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Heads up – Embassy 19 – October 2009

Diplomatic catalyst

Finding practical solutions to everyday problems is how Dr Sayeedur Rahman Khan, Bangladesh’s new High Commissioner to London, defines his career to date.

A professor of applied physics and a one-time Vice Chancellor of Rajshahi University, his research on microelectronic thin films has been used in everything from mobile phones to microchips.

After an academic career which spans four decades and four continents, the High Commissioner now finds himself in pursuit of diplomatic solutions.

Rahman Khan arrives in London after the opposition Awami League-led Grand Alliance, under the leadership of Sheikh Hasina, was swept to power in a landslide election, pronounced free and fair by independent observers. The High Commissioner hopes the new political climate will enable Bangladesh to make a break from its turbulent past.

Part of that is the key manifesto pledge to bring war criminals from the independence war with Pakistan in 1971 to justice and to root out endemic corruption.

It is also hoped that the poisonous rivalry between the two main political parties, which in the past has led to paralysing political strikes and parliamentary boycotts, will be detoxified.

“Sentiment has grown against political strikes,” remarks the High Commissioner. “I think good sense will prevail because unless the opposition is in the parliament it cannot hold the government to account.”

The new government has embarked on what it calls ‘2021 Vision’, an ambitious programme of short, medium and long-term goals to be achieved by the nation’s 50th anniversary of independence in 2021.

Short-term goals include bringing down the inflation of essential goods; achieving self-sufficiency in food; and reaching full enrolment for primary education by 2011.

A special education programme has been put in place for young girls, adds the High Commissioner. “This government is particularly interested in female empowerment.” In addition to free primary and secondary education, poor families in rural areas are given cash and food incentives to send their daughters to school.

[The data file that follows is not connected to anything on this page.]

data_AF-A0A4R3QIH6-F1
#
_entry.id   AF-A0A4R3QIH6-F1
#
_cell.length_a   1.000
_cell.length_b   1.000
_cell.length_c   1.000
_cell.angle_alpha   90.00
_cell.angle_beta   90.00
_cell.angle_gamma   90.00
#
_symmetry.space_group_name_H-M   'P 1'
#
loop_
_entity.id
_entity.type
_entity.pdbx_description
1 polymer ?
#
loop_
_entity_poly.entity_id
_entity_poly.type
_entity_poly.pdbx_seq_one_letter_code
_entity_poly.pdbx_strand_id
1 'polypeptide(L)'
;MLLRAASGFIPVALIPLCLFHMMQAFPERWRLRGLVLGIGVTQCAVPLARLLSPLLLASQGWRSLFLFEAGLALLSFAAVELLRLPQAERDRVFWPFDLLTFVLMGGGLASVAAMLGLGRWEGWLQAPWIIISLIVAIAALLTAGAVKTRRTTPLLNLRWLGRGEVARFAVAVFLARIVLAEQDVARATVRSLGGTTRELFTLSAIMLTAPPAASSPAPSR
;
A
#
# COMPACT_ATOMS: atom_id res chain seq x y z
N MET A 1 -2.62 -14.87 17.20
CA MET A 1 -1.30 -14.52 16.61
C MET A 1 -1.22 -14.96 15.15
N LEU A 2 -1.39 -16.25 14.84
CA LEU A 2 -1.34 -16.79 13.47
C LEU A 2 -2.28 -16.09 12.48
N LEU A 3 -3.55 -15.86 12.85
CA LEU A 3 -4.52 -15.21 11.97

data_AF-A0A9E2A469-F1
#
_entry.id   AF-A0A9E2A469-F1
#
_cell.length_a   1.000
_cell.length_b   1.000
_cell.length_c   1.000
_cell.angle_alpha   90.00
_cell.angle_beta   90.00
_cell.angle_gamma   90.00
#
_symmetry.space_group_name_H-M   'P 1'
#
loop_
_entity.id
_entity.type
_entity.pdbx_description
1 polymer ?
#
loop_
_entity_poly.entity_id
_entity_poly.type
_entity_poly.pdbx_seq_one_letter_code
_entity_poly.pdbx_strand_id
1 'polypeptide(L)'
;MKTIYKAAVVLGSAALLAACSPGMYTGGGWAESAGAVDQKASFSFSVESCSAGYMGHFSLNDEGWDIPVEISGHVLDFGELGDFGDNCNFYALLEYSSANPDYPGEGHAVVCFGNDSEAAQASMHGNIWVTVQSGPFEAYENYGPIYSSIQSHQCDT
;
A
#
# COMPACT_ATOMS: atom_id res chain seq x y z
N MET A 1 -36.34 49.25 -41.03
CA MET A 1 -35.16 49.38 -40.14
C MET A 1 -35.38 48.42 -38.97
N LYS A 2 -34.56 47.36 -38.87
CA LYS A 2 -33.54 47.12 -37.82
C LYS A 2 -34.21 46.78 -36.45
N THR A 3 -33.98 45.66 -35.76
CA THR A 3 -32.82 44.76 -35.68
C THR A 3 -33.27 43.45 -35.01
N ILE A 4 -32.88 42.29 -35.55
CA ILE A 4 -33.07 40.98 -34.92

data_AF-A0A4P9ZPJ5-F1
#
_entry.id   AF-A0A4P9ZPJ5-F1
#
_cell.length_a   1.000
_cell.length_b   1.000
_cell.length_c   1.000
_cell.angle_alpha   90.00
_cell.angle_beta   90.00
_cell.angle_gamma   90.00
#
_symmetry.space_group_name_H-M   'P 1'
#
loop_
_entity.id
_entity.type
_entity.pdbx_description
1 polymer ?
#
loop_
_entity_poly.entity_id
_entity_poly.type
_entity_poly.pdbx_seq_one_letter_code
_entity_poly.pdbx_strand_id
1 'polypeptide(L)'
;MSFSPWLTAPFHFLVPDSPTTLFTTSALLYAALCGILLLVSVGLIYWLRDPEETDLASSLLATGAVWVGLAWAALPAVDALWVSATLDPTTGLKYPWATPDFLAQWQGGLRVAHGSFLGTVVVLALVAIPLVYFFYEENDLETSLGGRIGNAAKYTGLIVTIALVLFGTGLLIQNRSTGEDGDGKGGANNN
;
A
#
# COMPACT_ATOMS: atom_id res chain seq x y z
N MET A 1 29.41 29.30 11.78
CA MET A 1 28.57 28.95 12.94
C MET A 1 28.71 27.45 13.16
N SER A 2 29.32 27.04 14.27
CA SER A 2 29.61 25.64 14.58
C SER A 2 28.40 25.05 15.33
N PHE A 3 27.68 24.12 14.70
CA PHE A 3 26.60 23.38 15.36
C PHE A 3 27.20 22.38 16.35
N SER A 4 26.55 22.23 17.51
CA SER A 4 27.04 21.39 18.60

Over the medium term, a target of 8 per cent GDP growth has been set for 2013, which is ambitious in a global recession.

Although Bangladesh is blessed with gas reserves, unreliable power supply has hampered development so the Government aims to generate and additional 5000MW of energy by 2013 as well.

Long-term goals include of political stability, building strong democratic institutions and improved security, linked to which is the the lingering problem of terrorism.

“Bangladesh is a secular, liberal and democratic country but unfortunately there are extremist groups who were against our liberation from Pakistan,” says Rahman Khan, adding: “They are abusing the name of Islam for their political ends. But the government is determined to tackle this terrorism.”

Bangladesh has made great strides in tackling poverty and insecurity, yet the solution to the most serious threat facing the country, climate change, remains largely out of its hands.

“Bangladesh will be worst affected by climate change and yet ironically we have not contributed to this problem. This was created by the industrialised nations and they have a moral responsibility to protect the Least Developed Countries who are the victims,” he says, warning that 20 million Bangladeshis will be made homeless by rising sea levels.

The Government of Bangladesh has put in place a disaster relief fund and scheme to deal with the consequences of climate change. But the High Commissioner says these will prove pointless unless there is urgent action from the global community to tackle the causes of climate change.

Sitting at his desk, a stone’s throw from Imperial College, one of the UK’s top scientific institutions, he believes scientific exchange is key to arresting climate change.

Britain and Bangladesh cooperate in a range of other areas, from development assistance to the recent establishment of a joint anti-terrorism task force.

Much of the High Commissioner’s time will also be devoted to the sizable Bangladeshi community in the UK, whose remittances support families back home and are a valuable source of foreign exchange.

Moreover, the 10,000 restaurants run by Bangladeshis contribute £3.5bn to the UK economy, he points out. “One of my tasks is to motivate second and third generation Bangladeshis to invest in Bangladesh, not just money, but skills and expertise too.”

However, the newly-introduced points- based immigration system poses a problem for business, student and family visits. “This is a great concern to the community, so this is something I am also working on with the authorities.”

The community also forms an important cultural bridge between the UK and Bangladesh. The High Commissioner is passionate about Bengali culture, particularly the poetry of Rabindranath Tagore who inspired him, at the age of six, to rise up during the Bengali language protests of 1952.

He was later part of the delegation to UNESCO in 1999 that successfully lobbied for the adoption of ‘International Mother Language Day’ on 21 February in memory of the young people who died to defend their mother tongue.

Whether as a scientist or a diplomat, High Commissioner Rahman Khan has always tried to be a catalyst for change.

HE Dr Sayeedur Rahman Khan

“The industrialised nations have a moral responsibility to protect the Least Developed Countries who are the victims of climate change”

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